(American English sometimes uses “y’all” for second person plurals, and thinking of this might help understand how it works in Chinese.)
An important point to note, however, is that there is no plural equivalent of the polite 您 nín form. If you need a polite way to address more than one person, you can use a sentence like this:
- 你们三位 Nĭmen sān wèi (You three (people))
位 wèi is a polite measure word for “person” or “people”, and using it like this makes the sentence sound more respectful.
Third Person Plural – 他们 tāmen, 她们 tāmen, 它们 tāmen
As with the singular, there are three possible forms for the third person plural, and just like the singular equivalent, the only difference is the way they are written – all three versions are pronounced tāmen.
The same rules apply here too: 他们 is used for male humans, 她们 for female humans and 它们 for animals (and occasionally, for things).
Omission Of Chinese Pronouns
We saw above that if you are talking about an inanimate object, you usually omit the pronoun 它 tā – but other pronouns are commonly omitted too.
In Chinese, if it’s obvious who or what you’re talking about, it’s normal to leave the pronoun out.
Look at this pair of examples:
- A: 你要来吗？B: 我要
- A: Nĭ yào lái ma? B: Wŏ yào
- A: Do you want to come? B: Yes
- A: 要来吗？B: 要
- A: Yào lái ma? B: Yào
- A: Do you want to come? B: Yes
In the first version, the pronouns 你 nĭ and 我 wŏ are used. However, from the context, it is obvious what both speakers are talking about, so the pronouns can be dropped.
There’s no hard and fast rule about this, but it’s extremely common – and especially in B’s answer, it sounds a bit unnatural to use 我 wŏ when the meaning is already so clear.
Incidentally, if you speak to Chinese people who are learning English, you may notice that many often drop pronouns like this in English too – and now you know why!
Possessive Pronouns And Adjectives
There’s another type of pronoun that we need to mention, and that’s possessive pronouns, words like “mine”, “yours” etc.
In Chinese this is also extremely easy because you just use the same pronouns we’ve already seen with 的 de tacked on the end, like this:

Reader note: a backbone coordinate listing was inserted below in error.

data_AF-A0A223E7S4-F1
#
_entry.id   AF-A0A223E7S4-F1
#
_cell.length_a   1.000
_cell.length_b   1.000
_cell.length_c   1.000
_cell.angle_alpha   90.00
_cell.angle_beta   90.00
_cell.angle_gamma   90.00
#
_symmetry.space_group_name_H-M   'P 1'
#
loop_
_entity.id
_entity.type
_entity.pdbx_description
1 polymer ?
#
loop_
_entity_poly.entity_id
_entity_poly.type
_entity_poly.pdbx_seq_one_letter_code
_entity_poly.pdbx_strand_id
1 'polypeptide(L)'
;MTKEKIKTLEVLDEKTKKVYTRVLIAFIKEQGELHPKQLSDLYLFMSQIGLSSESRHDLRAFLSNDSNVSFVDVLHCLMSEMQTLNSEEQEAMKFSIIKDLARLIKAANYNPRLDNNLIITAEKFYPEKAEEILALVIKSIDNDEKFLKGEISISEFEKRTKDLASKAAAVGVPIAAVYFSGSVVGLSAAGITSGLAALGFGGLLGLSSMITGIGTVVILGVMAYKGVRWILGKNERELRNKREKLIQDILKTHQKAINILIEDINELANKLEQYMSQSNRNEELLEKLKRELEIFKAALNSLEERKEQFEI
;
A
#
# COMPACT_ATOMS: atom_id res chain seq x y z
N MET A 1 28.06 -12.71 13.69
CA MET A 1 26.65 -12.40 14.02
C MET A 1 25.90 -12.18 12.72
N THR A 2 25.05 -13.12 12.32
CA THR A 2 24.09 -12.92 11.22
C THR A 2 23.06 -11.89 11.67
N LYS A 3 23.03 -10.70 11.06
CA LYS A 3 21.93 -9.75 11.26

- 是我的 Shì wŏ de (It’s mine)
- 是他们的 Shì tāmen de (It’s theirs)
Closely related to this are words like “my”, “your” etc. in English. Technically, these are possessive adjectives rather than pronouns, but they work in the same way.
To say that something belongs to somebody, you just use a personal pronoun with 的 de on the end, like this:
- 我的车 Wŏ de chē (My car)
- 这是他的手机 Zhè shì tā de shŏujī (This is his mobile telephone)
When there is a close connection between the owner and the thing being owned, 的 de can be dropped. In practice, this means you don’t usually use it with family members, like this:
- 我妹妹 Wŏ mèimei (My little sister)
- 她爸爸 Tā bàba (Her dad)
At other times, it is optional:
- 我女朋友/我的女朋友 Wŏ nǚpéngyou/wŏ de nǚpéngyou (My girlfriend)
Also, it is best to avoid repeating 的 de too many times in the same sentence, so you can leave it out, like this:
- 我手机的屏幕 wŏ shŏujī de píngmù (My mobile phone’s screen)
- 我的手机的屏幕 wŏ de shŏujī de píngmù (My mobile phone’s screen)
The second version is also correct, but it sounds too ‘clunky’.
Chinese Pronouns: An Easy Part Of Chinese Grammar
As we have seen, there is nothing difficult about Chinese personal pronouns apart from perhaps the fact that Chinese has a few more of them than English.
In Chinese, you don’t need to worry about choosing between subject and object pronouns, and very often you can leave them out altogether.
As ever, the best way to master them is to practise as much as you can – and this way, in only a short time, you’ll find yourself using the whole range of Chinese personal pronouns with confidence.